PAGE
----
Every year it seems that renewable energy companies are looking to produce bigger, more innovative wind turbines than ever before. As governments and private firms pump funding into research and development in renewable energy, operations are becoming more efficient, lower cost, and easier to scale. With Danish firm Vestas once again announcing plans for its tallest-ever wind turbine, what will this mean for the future of the wind energy sector?
Companies are battling it out to create the most innovative renewable energy equipment, whether that be the longest-range EV, the most powerful solar PV, or the tallest wind turbine. With governments around the world offering incentives to energy firms supporting the transition from fossil fuels to green energy sources, the competition has never been stronger.
Vestas, a Danish wind energy firm, announced in September that it would be establishing an onshore wind turbine tower with a hub height measuring 199 meters. The tower will be used with the V172-7.2MW turbine model. The firm said it is “currently the world’s tallest onshore tower for wind turbines.” Vestas is working hand in hand with German company Max Bögl on the project and plans to establish locations in Germany and Austria.
The giant structure is expected to help Vestas access stronger and more constant wind power, to increase the turbine’s electricity production. The firm stated, “Especially for projects in Central Europe that are generally constrained in available planning space, this makes an important contribution to maximising the production of green electricity.” It plans to commence operations in 2025.
The tower of a wind turbine is highly important to its structure, The nacelle and blades rest on top of the tower, with the hub height being measured from the ground to the middle of the turbine’s rotor. The U.S. Department of Energy (DoE) highlighted the significant growth in turbine height in recent years, with onshore hub height increasing by 66 percent since 1999, to 94 metres in 2021. This shows how far wind energy technology has come just this year, with Vestas’s highly ambitious project marking a huge development.
However, other infrastructure will also have to be developed in line with progress in renewable energy operations. For example, ports, highways, and ships must be adapted to cope with the giant wind structures, particularly if we’re moving to an era of ‘super-sized’ turbines.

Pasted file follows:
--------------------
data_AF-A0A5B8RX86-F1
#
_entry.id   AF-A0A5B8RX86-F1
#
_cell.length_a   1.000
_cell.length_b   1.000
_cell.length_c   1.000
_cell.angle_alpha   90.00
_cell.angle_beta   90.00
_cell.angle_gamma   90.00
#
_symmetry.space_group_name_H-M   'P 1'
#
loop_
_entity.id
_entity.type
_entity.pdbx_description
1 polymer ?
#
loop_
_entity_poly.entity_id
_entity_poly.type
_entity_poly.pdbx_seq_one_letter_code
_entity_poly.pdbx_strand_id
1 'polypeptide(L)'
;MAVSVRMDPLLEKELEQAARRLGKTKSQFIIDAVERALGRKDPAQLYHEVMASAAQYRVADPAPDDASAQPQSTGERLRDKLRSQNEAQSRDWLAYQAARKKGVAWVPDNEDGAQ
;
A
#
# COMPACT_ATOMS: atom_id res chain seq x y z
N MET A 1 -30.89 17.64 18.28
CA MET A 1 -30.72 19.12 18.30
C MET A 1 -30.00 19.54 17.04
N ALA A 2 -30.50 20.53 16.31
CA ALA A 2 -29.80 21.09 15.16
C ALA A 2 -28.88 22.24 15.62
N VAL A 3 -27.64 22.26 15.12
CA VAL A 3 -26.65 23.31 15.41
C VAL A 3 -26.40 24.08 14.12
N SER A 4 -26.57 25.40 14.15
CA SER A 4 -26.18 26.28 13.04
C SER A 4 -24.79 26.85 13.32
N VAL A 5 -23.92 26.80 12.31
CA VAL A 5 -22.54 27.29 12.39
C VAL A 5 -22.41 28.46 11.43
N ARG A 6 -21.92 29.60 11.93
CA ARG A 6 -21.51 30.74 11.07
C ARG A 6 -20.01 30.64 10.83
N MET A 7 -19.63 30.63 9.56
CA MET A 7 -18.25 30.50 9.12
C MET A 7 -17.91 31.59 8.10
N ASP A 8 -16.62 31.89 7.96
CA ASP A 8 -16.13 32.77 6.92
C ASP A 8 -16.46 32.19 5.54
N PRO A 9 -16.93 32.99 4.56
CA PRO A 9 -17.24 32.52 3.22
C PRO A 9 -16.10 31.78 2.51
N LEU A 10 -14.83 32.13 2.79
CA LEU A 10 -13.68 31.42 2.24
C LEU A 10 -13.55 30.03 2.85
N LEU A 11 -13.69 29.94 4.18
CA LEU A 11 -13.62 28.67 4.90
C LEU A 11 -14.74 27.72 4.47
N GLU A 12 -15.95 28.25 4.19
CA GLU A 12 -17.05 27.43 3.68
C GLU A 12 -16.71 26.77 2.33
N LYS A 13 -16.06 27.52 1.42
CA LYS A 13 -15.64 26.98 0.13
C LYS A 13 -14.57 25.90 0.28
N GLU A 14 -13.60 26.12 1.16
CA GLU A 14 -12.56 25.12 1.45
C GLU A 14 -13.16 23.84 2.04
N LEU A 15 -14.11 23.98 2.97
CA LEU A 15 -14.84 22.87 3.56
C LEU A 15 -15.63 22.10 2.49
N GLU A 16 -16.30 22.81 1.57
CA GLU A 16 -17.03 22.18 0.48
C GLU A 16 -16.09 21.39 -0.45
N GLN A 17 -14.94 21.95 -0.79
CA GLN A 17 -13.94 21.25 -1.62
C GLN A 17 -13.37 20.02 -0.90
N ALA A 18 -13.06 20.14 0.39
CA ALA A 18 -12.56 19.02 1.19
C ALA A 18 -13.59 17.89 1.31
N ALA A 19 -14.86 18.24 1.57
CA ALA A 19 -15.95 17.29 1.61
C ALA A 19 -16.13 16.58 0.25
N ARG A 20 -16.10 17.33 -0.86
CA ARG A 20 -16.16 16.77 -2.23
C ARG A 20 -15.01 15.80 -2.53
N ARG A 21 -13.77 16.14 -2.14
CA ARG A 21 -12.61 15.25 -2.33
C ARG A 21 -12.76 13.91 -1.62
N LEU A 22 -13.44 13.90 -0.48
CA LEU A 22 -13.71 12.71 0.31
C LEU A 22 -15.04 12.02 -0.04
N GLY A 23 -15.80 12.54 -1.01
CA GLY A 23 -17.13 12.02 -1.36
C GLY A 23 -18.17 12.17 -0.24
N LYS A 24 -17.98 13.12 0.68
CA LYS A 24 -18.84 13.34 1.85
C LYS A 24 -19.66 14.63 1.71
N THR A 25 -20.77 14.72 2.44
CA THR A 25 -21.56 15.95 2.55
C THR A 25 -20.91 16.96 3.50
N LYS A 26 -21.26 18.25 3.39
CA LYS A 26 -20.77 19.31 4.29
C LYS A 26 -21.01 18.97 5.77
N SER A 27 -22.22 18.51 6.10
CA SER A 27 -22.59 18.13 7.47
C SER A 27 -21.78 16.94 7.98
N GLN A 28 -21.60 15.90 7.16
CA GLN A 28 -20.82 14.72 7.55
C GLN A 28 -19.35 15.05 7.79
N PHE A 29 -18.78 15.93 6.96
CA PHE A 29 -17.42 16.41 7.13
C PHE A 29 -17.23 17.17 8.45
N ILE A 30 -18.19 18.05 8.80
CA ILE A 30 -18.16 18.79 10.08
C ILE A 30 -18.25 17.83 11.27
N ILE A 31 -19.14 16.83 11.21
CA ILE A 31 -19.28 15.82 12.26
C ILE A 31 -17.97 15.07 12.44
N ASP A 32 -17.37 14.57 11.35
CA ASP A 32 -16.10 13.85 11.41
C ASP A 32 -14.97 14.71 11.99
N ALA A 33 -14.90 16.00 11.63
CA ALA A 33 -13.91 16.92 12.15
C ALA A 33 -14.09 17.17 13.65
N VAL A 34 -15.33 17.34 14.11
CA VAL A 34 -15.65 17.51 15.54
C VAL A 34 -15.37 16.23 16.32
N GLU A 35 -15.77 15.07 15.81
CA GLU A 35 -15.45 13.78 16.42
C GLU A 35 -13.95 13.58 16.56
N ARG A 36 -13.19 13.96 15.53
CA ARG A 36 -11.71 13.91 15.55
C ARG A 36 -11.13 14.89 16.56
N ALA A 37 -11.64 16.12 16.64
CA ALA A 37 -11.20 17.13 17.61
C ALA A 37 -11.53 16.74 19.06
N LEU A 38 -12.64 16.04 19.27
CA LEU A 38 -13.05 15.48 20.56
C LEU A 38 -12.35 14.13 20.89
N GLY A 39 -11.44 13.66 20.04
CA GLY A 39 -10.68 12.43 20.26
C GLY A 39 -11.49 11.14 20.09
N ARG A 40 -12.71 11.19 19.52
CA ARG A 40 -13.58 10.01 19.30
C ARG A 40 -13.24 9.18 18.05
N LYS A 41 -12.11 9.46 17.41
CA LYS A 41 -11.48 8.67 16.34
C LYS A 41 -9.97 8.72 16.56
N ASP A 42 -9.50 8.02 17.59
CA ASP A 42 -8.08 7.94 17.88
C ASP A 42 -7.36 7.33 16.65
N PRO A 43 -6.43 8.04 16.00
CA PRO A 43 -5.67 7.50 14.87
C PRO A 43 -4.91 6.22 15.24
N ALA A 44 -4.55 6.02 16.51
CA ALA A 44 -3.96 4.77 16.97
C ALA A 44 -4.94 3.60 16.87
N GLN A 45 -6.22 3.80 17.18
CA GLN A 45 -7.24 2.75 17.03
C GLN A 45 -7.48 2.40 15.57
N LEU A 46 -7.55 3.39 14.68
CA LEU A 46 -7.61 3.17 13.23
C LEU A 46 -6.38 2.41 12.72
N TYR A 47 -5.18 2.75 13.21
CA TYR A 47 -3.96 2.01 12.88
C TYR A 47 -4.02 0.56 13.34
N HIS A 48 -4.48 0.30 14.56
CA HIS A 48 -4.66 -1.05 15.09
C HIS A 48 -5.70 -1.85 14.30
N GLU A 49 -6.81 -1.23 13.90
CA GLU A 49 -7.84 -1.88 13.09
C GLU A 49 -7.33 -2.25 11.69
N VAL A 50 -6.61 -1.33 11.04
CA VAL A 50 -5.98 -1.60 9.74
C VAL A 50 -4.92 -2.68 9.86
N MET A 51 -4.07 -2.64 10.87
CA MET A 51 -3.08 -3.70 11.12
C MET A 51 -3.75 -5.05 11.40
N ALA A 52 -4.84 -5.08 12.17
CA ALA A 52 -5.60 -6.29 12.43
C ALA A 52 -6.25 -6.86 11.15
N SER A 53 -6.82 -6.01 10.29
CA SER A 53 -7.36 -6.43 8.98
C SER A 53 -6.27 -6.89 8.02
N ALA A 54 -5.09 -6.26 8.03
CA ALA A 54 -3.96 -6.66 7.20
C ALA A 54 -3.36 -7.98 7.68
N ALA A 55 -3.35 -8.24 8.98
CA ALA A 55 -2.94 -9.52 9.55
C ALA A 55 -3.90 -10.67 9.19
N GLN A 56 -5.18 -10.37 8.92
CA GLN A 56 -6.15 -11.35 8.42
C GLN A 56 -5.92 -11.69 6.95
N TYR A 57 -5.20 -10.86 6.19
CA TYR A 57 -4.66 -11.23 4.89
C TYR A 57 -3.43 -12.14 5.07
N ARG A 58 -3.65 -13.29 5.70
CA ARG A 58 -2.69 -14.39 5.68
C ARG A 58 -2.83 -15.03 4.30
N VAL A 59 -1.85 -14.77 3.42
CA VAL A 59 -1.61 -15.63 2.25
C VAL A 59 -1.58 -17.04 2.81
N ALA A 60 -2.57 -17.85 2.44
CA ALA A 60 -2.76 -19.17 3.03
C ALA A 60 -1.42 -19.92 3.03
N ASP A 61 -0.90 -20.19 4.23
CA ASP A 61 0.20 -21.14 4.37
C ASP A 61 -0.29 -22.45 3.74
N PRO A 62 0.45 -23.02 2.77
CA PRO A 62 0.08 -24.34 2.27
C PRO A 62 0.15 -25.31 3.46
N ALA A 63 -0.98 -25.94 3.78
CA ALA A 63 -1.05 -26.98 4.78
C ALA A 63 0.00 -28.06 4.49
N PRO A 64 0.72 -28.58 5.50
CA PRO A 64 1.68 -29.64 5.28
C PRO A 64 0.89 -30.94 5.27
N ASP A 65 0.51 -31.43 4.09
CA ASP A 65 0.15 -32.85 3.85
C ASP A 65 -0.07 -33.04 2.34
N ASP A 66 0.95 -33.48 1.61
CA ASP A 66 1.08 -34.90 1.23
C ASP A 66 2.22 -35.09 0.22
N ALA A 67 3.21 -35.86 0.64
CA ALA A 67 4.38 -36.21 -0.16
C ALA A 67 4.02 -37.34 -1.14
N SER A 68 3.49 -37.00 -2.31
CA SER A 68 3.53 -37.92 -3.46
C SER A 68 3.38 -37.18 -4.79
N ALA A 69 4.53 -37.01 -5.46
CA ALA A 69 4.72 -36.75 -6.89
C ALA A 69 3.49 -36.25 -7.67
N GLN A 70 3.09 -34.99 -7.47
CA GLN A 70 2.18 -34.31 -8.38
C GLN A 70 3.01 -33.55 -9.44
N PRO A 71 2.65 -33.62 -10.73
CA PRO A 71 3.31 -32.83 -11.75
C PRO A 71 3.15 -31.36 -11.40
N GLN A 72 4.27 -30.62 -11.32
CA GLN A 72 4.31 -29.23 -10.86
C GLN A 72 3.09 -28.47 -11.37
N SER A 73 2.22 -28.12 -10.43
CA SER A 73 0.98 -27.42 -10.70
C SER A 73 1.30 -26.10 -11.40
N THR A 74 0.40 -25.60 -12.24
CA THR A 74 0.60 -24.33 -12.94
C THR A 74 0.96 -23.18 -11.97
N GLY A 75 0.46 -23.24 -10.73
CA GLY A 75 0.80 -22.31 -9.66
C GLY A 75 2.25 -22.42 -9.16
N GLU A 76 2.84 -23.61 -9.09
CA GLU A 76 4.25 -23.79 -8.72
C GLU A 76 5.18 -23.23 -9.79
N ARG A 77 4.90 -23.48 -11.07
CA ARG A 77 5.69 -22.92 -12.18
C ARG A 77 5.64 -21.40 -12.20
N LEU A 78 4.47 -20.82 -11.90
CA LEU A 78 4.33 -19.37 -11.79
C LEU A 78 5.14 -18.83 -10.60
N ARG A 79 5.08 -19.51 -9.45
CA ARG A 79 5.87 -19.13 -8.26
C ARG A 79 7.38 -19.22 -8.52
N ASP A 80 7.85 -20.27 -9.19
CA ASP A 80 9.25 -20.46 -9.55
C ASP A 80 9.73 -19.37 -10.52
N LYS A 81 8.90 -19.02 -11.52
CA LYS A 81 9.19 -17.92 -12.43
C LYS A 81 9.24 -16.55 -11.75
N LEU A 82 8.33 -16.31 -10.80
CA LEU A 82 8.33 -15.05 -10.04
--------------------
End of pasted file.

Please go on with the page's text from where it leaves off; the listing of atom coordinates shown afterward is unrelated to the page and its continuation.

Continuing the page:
While Vestas is out ahead at the moment, it may not be long until other energy companies catch up. MingYang, China’s largest wind turbine manufacturer, announced plans last year for a 16 MW turbine. This is a significant feat considering that in 2017 the highest-capacity offshore turbine was 8 MW.
Meanwhile, earlier this year, Siemens Gamesa said it would be delivering sixty SG 14-222 DD offshore wind turbines to the Moray West offshore wind farm in the UK. The wind turbines have a capacity of 14.7 MW eachand are armed with an additional PowerBoost feature to improve performance. Siemens will be producing 180 B108 IntegralBlades, each measuring 108 metres, in its Hull factory in northeast England.
In the U.S., its wind energy industry is catching up to the European and Asian competition. General Electric (GE) Renewable Energy has released its Haliade-X offshore turbine, with a 260-metre hub height and 107-metre blades. Although GE took a hit last month when it lost a court case against Siemens Gamesa. A U.S. federal judge in Boston ruled that GE could no longer make, use, offer for sale, import, or install the Haliade-X turbines in the U.S. due to patent infringement.
GE was deemed to have infringed Siemens Gamesa’s ’413 patent. The judge believed that Siemens would suffer “irreparable injury if GE is not enjoined from infringing” the patent. Two GE projects were except from the ruling – the 804 MW Vineyard Wind 1 off Massachusetts and the 1.1 GW Ocean Wind 1 off New Jersey – where GE will be expected to pay Siemens royalties of $30,000 per megawatt of rated capacity for each of the 62 Haliade-X wind turbines installed.
But as the White House announces a target of 15 gigawatts of floating offshore wind capacity by 2035, competition amongst U.S. wind turbine manufacturers to develop innovative new equipment is likely to continue. A statement from the White House outlined, “The Biden-Harris Administration is launching coordinated actions to develop new floating offshore wind platforms, an emerging clean energy technology that will help the United States lead on offshore wind.”
As wind energy companies are releasing new and improved turbines year after year, there is no sign of slowing in sight in the race to 20 MW. It is not certain whether size or other equipment innovations will win in the battle to produce the most wind power, but ongoing investment in the sector means the winner is likely not far away.
By Felicity Bradstock for Oilprice.com
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